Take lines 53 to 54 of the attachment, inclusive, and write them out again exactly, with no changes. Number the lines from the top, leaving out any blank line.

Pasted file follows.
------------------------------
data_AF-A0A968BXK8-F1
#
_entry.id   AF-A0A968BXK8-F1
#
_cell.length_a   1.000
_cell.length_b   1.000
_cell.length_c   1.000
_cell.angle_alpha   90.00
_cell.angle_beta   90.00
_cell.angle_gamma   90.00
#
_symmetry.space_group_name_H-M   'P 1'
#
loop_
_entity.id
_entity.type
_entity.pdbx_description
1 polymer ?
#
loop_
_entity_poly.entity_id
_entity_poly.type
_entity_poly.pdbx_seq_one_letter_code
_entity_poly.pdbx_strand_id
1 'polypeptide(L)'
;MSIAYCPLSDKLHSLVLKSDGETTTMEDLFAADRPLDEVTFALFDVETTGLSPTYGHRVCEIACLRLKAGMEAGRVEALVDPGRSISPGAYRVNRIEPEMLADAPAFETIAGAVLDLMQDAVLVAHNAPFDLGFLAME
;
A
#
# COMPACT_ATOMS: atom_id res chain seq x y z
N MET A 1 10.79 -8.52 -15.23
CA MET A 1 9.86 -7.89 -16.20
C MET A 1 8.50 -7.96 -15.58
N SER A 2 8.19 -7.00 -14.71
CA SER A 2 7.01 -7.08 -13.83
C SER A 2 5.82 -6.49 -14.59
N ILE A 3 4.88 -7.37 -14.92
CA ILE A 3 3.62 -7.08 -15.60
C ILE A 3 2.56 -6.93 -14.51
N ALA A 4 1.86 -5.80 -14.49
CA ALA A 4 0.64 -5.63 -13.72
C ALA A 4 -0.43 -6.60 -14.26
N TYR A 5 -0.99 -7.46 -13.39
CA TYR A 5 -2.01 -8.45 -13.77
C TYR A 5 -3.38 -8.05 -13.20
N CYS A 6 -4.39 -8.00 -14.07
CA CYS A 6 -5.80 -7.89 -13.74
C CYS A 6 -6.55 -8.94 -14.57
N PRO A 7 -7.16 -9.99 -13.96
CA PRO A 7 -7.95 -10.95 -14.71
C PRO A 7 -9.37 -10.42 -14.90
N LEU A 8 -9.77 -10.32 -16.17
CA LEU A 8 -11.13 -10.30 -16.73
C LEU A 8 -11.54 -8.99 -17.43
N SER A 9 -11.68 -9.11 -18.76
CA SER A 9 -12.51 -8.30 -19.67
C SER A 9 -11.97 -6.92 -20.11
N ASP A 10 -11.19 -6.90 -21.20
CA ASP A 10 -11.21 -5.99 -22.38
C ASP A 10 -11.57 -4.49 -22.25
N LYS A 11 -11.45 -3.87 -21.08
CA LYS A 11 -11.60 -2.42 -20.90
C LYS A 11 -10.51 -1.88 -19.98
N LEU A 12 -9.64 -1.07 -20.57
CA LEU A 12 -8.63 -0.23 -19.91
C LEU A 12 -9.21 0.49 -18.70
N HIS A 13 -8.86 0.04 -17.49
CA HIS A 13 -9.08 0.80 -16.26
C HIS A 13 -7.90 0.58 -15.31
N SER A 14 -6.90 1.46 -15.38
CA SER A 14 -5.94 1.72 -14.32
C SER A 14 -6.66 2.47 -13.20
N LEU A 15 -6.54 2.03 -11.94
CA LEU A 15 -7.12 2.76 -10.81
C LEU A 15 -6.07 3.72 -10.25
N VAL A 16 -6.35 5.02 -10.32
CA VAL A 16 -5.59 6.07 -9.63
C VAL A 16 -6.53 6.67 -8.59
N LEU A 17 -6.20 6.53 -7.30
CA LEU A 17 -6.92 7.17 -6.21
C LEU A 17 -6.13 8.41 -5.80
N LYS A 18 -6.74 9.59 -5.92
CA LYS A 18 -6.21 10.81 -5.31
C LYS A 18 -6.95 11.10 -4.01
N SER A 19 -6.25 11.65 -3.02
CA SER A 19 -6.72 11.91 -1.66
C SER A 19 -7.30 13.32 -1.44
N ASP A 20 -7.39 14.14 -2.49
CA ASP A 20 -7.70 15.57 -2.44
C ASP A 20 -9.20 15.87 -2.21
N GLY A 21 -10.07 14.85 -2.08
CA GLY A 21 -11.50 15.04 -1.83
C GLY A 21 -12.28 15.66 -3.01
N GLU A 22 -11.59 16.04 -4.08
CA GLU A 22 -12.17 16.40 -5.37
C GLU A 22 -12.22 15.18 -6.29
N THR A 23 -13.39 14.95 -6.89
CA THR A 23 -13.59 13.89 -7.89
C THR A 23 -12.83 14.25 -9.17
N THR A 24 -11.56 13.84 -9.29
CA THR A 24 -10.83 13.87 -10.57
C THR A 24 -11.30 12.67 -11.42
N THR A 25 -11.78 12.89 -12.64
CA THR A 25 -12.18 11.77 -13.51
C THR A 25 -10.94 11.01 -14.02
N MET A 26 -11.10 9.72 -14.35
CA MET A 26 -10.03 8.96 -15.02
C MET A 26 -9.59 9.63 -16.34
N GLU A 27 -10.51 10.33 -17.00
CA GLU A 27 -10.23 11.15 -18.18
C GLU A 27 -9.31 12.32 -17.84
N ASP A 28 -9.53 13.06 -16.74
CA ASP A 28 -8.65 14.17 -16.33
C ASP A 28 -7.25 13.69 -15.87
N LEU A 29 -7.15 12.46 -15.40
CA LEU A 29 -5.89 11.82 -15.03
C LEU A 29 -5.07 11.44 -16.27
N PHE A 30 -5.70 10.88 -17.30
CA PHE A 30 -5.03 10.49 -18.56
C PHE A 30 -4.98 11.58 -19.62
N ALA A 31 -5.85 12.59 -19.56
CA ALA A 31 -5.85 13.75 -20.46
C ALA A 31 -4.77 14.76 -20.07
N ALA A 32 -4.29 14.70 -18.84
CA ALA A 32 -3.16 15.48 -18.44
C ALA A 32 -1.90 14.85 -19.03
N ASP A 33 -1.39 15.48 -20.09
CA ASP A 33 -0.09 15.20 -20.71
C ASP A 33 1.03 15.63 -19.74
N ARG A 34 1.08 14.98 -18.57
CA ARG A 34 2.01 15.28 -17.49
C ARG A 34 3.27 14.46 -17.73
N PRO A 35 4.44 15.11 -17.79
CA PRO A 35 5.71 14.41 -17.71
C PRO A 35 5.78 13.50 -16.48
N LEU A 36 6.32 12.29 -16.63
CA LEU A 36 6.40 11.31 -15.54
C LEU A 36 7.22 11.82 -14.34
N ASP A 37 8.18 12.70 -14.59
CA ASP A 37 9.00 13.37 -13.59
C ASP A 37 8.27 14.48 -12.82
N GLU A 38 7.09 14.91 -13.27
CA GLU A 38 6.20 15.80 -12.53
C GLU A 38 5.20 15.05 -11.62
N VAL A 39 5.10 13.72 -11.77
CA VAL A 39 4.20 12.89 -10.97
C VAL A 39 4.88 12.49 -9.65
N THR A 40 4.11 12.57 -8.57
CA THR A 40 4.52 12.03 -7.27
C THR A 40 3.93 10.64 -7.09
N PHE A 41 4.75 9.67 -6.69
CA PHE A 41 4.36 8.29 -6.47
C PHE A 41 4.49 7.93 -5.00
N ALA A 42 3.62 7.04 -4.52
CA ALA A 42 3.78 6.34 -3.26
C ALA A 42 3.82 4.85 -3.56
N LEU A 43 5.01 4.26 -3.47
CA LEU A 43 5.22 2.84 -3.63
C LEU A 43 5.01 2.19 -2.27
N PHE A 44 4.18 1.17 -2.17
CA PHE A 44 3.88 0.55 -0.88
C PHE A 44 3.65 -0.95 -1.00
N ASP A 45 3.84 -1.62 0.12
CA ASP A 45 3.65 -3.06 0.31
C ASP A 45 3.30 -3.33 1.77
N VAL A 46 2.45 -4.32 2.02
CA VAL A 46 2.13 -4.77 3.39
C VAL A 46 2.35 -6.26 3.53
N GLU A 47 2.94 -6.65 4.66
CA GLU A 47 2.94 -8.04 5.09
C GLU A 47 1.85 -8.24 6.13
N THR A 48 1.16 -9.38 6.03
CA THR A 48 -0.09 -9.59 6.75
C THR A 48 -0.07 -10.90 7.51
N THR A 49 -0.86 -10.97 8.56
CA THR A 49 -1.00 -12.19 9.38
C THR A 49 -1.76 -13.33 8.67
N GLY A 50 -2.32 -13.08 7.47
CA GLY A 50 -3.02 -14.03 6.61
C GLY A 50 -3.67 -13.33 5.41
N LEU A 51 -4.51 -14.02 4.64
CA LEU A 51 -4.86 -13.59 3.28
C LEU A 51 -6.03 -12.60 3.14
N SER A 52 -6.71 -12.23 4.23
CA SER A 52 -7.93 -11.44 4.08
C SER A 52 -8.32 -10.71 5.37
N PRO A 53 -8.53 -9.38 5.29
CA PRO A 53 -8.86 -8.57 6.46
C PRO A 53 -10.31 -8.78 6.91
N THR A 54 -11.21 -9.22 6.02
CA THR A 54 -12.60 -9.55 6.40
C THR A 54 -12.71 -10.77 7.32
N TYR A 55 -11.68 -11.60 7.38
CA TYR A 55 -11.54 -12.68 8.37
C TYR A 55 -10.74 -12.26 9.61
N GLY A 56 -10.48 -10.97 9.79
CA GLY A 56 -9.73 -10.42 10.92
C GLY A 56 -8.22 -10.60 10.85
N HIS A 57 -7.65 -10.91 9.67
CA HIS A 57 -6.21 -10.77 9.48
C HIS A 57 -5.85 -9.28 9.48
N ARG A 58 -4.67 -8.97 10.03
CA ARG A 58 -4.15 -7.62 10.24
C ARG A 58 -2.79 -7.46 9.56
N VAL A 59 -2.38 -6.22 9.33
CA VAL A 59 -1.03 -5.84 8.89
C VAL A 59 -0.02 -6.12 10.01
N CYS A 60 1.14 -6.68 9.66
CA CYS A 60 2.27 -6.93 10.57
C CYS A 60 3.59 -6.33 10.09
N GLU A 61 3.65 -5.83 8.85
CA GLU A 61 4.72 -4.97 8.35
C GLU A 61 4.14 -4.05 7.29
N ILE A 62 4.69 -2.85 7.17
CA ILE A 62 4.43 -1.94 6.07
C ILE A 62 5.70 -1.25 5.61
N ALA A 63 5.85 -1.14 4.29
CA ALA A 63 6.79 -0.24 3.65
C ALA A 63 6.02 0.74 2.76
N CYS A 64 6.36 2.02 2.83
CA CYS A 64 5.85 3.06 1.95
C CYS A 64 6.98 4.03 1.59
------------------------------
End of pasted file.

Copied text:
CA LEU A 8 -11.13 -10.30 -16.73
C LEU A 8 -11.54 -8.99 -17.43